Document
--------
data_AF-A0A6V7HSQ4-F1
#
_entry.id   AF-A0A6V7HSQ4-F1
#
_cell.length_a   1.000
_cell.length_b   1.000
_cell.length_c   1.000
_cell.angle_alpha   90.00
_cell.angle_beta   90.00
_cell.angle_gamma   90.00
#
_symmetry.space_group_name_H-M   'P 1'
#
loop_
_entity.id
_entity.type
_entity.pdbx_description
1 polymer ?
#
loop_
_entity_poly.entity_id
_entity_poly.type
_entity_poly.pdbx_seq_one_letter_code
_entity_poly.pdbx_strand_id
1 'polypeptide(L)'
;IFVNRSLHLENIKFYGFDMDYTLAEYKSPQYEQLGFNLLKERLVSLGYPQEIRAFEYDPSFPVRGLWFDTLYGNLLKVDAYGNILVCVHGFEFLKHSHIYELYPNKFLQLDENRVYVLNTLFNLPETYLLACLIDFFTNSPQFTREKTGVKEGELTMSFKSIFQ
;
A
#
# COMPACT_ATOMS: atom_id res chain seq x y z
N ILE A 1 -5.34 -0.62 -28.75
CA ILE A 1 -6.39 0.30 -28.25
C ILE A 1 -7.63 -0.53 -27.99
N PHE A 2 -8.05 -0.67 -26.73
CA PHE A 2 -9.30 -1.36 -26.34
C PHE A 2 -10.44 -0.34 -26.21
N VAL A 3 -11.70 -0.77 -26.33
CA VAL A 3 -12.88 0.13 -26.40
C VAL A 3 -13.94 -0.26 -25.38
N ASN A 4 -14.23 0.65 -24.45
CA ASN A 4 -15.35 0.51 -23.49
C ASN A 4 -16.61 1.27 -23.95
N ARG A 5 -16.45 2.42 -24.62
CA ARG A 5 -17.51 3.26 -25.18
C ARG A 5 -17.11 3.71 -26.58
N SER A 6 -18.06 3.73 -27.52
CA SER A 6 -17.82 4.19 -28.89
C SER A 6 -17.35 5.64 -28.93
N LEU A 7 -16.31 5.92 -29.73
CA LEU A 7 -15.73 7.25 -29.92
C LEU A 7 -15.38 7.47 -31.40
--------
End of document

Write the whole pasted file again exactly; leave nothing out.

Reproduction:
data_AF-A0A6V7HSQ4-F1
#
_entry.id   AF-A0A6V7HSQ4-F1
#
_cell.length_a   1.000
_cell.length_b   1.000
_cell.length_c   1.000
_cell.angle_alpha   90.00
_cell.angle_beta   90.00
_cell.angle_gamma   90.00
#
_symmetry.space_group_name_H-M   'P 1'
#
loop_
_entity.id
_entity.type
_entity.pdbx_description
1 polymer ?
#
loop_
_entity_poly.entity_id
_entity_poly.type
_entity_poly.pdbx_seq_one_letter_code
_entity_poly.pdbx_strand_id
1 'polypeptide(L)'
;IFVNRSLHLENIKFYGFDMDYTLAEYKSPQYEQLGFNLLKERLVSLGYPQEIRAFEYDPSFPVRGLWFDTLYGNLLKVDAYGNILVCVHGFEFLKHSHIYELYPNKFLQLDENRVYVLNTLFNLPETYLLACLIDFFTNSPQFTREKTGVKEGELTMSFKSIFQ
;
A
#
# COMPACT_ATOMS: atom_id res chain seq x y z
N ILE A 1 -5.34 -0.62 -28.75
CA ILE A 1 -6.39 0.30 -28.25
C ILE A 1 -7.63 -0.53 -27.99
N PHE A 2 -8.05 -0.67 -26.73
CA PHE A 2 -9.30 -1.36 -26.34
C PHE A 2 -10.44 -0.34 -26.21
N VAL A 3 -11.70 -0.77 -26.33
CA VAL A 3 -12.88 0.13 -26.40
C VAL A 3 -13.94 -0.26 -25.38
N ASN A 4 -14.23 0.65 -24.45
CA ASN A 4 -15.35 0.51 -23.49
C ASN A 4 -16.61 1.27 -23.95
N ARG A 5 -16.45 2.42 -24.62
CA ARG A 5 -17.51 3.26 -25.18
C ARG A 5 -17.11 3.71 -26.58
N SER A 6 -18.06 3.73 -27.52
CA SER A 6 -17.82 4.19 -28.89
C SER A 6 -17.35 5.64 -28.93
N LEU A 7 -16.31 5.92 -29.73
CA LEU A 7 -15.73 7.25 -29.92
C LEU A 7 -15.38 7.47 -31.40